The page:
The square is shaping up.
Port Coquitlam council unanimously voted to advance a six-storey project that would put 108 apartments overtop a commercial podium at Leigh Square and Wilson Avenue during Tuesday’s committee of council meeting. The project still needs to come back to council before any shovels hit the ground.
Consisting of four city-owned lots arrayed over more than 40,000 square feet, the site is currently occupied by parking lots and a small commercial building.
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“You won’t be able to get more downtown than living here,” Mayor Brad West said Tuesday.
The project is a “huge vote of confidence in our downtown,” West said, emphasizing the need to have partners willing to invest in that vision.
The NorthStar Developments proposal includes 16,730 square feet of ground floor commercial space, with Port Coquitlam owning three units consisting of 7,786 square feet.
The commercial space is earmarked for restaurants, cafes, retail, personal service and office uses. However, city staff recommended against allowing thrift stores, dollar stores, payday cheque cashing outlets, gold for cash stores, adult stores, and stands where the primary business is connected to e-cigarettes or vaping.
- Studios: 10
- One-bedroom units: 48 (19 with a den)
- Two-bedroom units: 40 (20 with a den)
- Three-bedroom units: 10
The units range from 525 to 1,000 square feet.
Generally, the city would require about 187 parking spots for a development of this size. However, NorthStar Developments is pitching a plan that includes 124 parking stalls. In place of the other 63 spots, the developer would pay the city approximately $2.52 million.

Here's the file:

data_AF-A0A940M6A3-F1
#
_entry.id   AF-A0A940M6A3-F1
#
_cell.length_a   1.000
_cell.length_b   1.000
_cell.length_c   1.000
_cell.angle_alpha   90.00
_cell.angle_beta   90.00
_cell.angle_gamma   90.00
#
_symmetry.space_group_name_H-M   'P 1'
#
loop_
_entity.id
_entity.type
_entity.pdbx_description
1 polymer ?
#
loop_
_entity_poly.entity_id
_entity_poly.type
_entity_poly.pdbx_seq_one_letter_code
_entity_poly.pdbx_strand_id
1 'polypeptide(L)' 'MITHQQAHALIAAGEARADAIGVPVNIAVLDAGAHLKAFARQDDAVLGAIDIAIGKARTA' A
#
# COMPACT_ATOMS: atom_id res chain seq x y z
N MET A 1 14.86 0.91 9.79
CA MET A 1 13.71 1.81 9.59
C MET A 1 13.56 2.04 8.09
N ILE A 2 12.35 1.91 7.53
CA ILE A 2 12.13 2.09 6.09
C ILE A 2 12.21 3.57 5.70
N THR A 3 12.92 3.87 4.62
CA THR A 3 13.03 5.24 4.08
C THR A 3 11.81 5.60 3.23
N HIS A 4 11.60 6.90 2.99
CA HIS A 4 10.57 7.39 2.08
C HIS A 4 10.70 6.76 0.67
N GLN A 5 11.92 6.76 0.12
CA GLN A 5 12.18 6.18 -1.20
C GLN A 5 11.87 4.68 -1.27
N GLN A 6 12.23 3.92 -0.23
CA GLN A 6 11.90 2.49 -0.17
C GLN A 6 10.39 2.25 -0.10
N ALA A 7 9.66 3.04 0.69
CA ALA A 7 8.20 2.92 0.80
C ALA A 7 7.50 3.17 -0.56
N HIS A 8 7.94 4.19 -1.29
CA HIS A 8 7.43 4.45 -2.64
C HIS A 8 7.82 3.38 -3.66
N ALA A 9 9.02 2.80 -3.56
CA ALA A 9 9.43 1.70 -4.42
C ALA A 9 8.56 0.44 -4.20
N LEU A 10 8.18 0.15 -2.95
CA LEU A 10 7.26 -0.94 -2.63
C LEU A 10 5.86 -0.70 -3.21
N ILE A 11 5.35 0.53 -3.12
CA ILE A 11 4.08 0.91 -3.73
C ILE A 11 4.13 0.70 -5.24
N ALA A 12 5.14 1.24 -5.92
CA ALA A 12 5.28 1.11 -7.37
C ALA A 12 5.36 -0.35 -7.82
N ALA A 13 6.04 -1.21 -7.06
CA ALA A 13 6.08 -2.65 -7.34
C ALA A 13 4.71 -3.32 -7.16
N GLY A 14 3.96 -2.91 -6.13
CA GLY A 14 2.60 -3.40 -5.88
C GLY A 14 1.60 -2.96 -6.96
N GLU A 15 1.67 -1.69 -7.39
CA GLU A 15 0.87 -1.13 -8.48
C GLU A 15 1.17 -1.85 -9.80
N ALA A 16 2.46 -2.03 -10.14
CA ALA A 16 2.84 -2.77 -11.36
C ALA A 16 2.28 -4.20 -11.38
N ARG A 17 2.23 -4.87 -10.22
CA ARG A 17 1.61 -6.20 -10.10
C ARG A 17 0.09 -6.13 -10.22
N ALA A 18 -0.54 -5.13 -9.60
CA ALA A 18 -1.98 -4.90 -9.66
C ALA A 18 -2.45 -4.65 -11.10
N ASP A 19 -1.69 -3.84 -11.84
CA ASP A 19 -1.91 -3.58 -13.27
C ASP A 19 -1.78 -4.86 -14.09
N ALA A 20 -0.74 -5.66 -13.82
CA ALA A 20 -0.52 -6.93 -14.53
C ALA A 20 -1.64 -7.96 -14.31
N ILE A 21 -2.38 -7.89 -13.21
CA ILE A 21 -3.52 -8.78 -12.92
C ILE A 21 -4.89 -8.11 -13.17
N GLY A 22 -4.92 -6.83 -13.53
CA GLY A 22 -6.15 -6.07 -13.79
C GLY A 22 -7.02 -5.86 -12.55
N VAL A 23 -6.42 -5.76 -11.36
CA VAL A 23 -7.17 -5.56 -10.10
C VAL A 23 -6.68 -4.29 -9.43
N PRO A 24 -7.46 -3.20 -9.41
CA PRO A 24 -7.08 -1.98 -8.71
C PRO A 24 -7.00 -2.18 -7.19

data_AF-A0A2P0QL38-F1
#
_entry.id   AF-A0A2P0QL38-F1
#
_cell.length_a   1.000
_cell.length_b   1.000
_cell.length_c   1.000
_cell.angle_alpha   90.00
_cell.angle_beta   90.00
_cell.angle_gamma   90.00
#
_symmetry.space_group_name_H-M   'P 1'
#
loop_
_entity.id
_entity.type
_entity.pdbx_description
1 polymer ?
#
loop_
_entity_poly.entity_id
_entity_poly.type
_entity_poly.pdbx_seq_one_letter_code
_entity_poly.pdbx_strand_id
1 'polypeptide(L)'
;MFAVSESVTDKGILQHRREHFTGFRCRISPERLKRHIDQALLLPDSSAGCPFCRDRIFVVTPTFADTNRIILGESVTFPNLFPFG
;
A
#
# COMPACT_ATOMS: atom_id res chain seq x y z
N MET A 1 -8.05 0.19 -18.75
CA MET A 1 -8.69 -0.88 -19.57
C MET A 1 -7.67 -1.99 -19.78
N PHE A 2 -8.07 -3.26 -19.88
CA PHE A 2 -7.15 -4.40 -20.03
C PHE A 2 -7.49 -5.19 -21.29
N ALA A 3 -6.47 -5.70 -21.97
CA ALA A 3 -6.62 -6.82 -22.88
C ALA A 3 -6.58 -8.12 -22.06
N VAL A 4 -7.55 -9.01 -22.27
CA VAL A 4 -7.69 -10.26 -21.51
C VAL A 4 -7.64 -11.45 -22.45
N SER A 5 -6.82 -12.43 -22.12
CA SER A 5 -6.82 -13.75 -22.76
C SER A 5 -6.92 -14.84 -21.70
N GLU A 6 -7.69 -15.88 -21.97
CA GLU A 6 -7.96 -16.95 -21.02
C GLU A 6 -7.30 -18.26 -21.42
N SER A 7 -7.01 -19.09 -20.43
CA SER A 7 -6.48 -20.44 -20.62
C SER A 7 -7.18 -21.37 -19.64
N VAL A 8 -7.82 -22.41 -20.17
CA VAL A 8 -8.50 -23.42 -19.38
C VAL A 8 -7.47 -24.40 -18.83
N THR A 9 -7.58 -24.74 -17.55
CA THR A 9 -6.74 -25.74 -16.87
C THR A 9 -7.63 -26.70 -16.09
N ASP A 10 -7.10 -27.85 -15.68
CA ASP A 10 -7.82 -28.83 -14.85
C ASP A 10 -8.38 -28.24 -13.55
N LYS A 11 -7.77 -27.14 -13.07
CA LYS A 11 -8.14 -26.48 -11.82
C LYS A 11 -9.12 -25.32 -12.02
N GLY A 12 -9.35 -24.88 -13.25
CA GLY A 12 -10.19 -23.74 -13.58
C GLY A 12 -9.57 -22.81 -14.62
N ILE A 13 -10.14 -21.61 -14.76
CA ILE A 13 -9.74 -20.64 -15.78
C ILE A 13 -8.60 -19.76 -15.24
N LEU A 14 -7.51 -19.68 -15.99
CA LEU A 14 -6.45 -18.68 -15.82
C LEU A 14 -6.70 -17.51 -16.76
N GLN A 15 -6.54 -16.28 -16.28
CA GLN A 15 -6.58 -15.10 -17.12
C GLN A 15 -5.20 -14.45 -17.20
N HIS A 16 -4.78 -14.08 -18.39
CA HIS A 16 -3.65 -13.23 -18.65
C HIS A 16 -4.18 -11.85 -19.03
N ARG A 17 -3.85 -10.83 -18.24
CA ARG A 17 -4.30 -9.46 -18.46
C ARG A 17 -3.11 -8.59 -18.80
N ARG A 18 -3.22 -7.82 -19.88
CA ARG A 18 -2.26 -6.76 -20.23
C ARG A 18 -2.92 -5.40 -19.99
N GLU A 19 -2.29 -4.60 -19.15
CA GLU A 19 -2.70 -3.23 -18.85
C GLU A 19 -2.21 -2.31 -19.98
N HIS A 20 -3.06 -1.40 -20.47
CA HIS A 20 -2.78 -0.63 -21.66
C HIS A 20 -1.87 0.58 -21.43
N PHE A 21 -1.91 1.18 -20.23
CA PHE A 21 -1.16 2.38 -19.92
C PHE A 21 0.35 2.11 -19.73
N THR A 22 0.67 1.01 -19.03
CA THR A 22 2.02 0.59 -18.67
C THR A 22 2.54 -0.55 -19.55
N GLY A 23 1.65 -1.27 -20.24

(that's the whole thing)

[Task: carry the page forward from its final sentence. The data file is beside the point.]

Discussing whether Port Coquitlam’s parking requirements have been too onerous, Mayor West said “every piece of analysis” he’s seen has indicated the city’s parking standards are too high.
The days of parking directly in front of the store, running in, running out and getting out of downtown are coming to an end, West said.
“The downtown we’re trying to create is one where you come downtown and you stay downtown,” he said, adding that there will be “adequate parking.”
The development is also set to include car and bike share programs as well as extra bicycle storage and a one-year transit pass subsidy for each apartment.
Extra density, no nonmarket housing
When granting extra floor space in a development, the city typically asks for 10 percent of that extra space to be reserved for at least four units of non-market rental housing.
However, the extra space in this particular development adds up to 1,548 square feet and was deemed too small to accommodate four units of housing.
Instead of providing non-market rental housing, NorthStar Developments would pay the city an extra $77,400, or about $50 per square foot.
Including the density bonus and the parking reduction money, the developer is set to pay the city a total of approximately $3.3 million.
Port Coquitlam staff are set to draw up a comprehensive development zone bylaw for council’s approval.